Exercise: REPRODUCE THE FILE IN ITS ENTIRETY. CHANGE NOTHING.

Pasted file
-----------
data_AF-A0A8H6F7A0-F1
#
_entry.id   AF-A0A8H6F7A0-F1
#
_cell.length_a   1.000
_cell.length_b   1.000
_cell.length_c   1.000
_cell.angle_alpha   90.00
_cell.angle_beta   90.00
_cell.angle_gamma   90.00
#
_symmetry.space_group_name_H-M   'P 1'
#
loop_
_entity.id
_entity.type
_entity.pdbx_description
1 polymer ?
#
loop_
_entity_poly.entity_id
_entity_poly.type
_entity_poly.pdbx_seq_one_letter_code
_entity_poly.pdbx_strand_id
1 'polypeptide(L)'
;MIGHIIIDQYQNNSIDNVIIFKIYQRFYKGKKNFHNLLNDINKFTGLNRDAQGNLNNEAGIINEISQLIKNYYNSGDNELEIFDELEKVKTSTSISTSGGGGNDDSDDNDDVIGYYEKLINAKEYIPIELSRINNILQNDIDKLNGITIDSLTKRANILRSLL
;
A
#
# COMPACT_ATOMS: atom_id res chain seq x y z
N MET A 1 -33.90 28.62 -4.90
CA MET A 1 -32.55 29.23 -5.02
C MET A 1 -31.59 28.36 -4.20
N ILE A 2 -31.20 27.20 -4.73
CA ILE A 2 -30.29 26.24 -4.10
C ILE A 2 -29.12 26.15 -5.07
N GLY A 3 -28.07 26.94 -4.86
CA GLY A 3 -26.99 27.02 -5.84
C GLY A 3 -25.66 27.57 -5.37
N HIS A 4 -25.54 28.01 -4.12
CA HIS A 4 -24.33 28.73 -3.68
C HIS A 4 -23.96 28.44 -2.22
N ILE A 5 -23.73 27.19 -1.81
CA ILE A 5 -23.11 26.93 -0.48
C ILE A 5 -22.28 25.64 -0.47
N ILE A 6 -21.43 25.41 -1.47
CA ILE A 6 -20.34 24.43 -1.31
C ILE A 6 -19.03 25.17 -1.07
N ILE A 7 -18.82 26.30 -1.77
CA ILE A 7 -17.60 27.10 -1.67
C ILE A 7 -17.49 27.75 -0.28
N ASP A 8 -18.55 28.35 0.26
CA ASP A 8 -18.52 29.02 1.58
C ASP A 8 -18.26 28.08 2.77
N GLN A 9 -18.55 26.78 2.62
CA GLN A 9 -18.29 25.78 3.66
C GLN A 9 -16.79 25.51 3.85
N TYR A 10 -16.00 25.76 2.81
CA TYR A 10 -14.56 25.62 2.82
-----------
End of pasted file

data_AF-A0A8H6F7A0-F1
#
_entry.id   AF-A0A8H6F7A0-F1
#
_cell.length_a   1.000
_cell.length_b   1.000
_cell.length_c   1.000
_cell.angle_alpha   90.00
_cell.angle_beta   90.00
_cell.angle_gamma   90.00
#
_symmetry.space_group_name_H-M   'P 1'
#
loop_
_entity.id
_entity.type
_entity.pdbx_description
1 polymer ?
#
loop_
_entity_poly.entity_id
_entity_poly.type
_entity_poly.pdbx_seq_one_letter_code
_entity_poly.pdbx_strand_id
1 'polypeptide(L)'
;MIGHIIIDQYQNNSIDNVIIFKIYQRFYKGKKNFHNLLNDINKFTGLNRDAQGNLNNEAGIINEISQLIKNYYNSGDNELEIFDELEKVKTSTSISTSGGGGNDDSDDNDDVIGYYEKLINAKEYIPIELSRINNILQNDIDKLNGITIDSLTKRANILRSLL
;
A
#
# COMPACT_ATOMS: atom_id res chain seq x y z
N MET A 1 -33.90 28.62 -4.90
CA MET A 1 -32.55 29.23 -5.02
C MET A 1 -31.59 28.36 -4.20
N ILE A 2 -31.20 27.20 -4.73
CA ILE A 2 -30.29 26.24 -4.10
C ILE A 2 -29.12 26.15 -5.07
N GLY A 3 -28.07 26.94 -4.86
CA GLY A 3 -26.99 27.02 -5.84
C GLY A 3 -25.66 27.57 -5.37
N HIS A 4 -25.54 28.01 -4.12
CA HIS A 4 -24.33 28.73 -3.68
C HIS A 4 -23.96 28.44 -2.22
N ILE A 5 -23.73 27.19 -1.81
CA ILE A 5 -23.11 26.93 -0.48
C ILE A 5 -22.28 25.64 -0.47
N ILE A 6 -21.43 25.41 -1.47
CA ILE A 6 -20.34 24.43 -1.31
C ILE A 6 -19.03 25.17 -1.07
N ILE A 7 -18.82 26.30 -1.77
CA ILE A 7 -17.60 27.10 -1.67
C ILE A 7 -17.49 27.75 -0.28
N ASP A 8 -18.55 28.35 0.26
CA ASP A 8 -18.52 29.02 1.58
C ASP A 8 -18.26 28.08 2.77
N GLN A 9 -18.55 26.78 2.62
CA GLN A 9 -18.29 25.78 3.66
C GLN A 9 -16.79 25.51 3.85
N TYR A 10 -16.00 25.76 2.81
CA TYR A 10 -14.56 25.62 2.82